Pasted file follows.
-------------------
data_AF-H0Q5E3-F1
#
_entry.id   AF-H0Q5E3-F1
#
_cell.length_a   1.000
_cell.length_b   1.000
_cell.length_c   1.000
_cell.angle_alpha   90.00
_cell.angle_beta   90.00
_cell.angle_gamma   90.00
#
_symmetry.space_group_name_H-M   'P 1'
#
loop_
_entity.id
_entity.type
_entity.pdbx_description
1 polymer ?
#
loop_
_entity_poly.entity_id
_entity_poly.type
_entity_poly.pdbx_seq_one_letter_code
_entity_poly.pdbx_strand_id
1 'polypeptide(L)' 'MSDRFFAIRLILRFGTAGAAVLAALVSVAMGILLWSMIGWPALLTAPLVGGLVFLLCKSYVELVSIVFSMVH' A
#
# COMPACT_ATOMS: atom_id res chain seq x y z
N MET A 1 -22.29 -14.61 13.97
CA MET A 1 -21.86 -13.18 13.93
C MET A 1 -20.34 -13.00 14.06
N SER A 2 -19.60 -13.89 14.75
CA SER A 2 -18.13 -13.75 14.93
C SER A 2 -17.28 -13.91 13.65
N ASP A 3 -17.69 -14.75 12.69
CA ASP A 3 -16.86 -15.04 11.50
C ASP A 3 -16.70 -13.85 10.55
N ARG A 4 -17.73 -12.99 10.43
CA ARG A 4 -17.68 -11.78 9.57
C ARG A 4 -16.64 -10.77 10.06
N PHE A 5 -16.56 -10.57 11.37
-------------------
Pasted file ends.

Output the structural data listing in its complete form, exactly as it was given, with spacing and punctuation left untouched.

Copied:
data_AF-H0Q5E3-F1
#
_entry.id   AF-H0Q5E3-F1
#
_cell.length_a   1.000
_cell.length_b   1.000
_cell.length_c   1.000
_cell.angle_alpha   90.00
_cell.angle_beta   90.00
_cell.angle_gamma   90.00
#
_symmetry.space_group_name_H-M   'P 1'
#
loop_
_entity.id
_entity.type
_entity.pdbx_description
1 polymer ?
#
loop_
_entity_poly.entity_id
_entity_poly.type
_entity_poly.pdbx_seq_one_letter_code
_entity_poly.pdbx_strand_id
1 'polypeptide(L)' 'MSDRFFAIRLILRFGTAGAAVLAALVSVAMGILLWSMIGWPALLTAPLVGGLVFLLCKSYVELVSIVFSMVH' A
#
# COMPACT_ATOMS: atom_id res chain seq x y z
N MET A 1 -22.29 -14.61 13.97
CA MET A 1 -21.86 -13.18 13.93
C MET A 1 -20.34 -13.00 14.06
N SER A 2 -19.60 -13.89 14.75
CA SER A 2 -18.13 -13.75 14.93
C SER A 2 -17.28 -13.91 13.65
N ASP A 3 -17.69 -14.75 12.69
CA ASP A 3 -16.86 -15.04 11.50
C ASP A 3 -16.70 -13.85 10.55
N ARG A 4 -17.73 -12.99 10.43
CA ARG A 4 -17.68 -11.78 9.57
C ARG A 4 -16.64 -10.77 10.06
N PHE A 5 -16.56 -10.57 11.37